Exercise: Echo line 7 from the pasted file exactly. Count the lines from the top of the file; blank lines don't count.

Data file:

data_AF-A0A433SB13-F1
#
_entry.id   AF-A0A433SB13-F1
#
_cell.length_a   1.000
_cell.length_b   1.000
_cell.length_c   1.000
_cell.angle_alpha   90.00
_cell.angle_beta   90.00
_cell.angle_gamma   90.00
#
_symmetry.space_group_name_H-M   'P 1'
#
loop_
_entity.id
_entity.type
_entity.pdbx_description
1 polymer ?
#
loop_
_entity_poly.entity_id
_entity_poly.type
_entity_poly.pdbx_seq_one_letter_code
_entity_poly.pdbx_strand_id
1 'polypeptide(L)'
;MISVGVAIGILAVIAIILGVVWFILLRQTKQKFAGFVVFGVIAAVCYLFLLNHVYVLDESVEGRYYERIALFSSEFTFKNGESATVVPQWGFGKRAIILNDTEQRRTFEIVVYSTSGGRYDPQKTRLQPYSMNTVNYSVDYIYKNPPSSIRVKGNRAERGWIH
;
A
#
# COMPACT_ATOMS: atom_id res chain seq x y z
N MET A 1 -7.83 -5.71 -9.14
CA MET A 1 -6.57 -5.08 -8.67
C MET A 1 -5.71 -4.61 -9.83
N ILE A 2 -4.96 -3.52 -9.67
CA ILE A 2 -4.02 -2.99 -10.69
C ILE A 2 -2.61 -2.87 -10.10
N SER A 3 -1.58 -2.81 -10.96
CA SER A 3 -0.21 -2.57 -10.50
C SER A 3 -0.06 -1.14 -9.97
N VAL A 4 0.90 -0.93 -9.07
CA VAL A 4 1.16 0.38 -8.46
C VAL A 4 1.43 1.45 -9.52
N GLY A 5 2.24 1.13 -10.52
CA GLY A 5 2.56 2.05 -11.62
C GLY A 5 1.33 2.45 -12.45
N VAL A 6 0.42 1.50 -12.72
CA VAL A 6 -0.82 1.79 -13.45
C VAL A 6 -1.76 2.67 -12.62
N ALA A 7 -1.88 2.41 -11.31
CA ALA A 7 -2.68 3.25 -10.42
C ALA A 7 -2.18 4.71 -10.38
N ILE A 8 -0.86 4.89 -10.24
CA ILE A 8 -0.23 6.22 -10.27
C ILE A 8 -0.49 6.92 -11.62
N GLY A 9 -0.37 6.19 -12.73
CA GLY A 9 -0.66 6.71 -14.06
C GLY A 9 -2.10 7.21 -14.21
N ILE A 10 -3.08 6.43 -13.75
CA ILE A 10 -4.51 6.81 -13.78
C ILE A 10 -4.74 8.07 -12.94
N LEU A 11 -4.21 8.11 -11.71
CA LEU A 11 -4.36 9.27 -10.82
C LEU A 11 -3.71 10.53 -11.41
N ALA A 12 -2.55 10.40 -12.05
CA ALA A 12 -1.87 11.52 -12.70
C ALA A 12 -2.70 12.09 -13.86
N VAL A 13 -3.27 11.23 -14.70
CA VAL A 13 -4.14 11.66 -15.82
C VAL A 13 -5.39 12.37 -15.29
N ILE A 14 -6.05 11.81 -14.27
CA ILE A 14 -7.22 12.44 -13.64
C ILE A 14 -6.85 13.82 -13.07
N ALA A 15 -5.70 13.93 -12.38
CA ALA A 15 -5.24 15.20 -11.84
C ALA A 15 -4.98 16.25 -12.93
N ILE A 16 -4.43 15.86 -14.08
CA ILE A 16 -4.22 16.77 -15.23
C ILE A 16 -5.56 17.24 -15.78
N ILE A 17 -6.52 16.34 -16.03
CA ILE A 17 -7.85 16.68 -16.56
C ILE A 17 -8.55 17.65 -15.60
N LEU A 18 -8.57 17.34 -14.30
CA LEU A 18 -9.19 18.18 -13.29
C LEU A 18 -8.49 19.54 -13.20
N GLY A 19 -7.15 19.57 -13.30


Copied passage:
_cell.length_c   1.000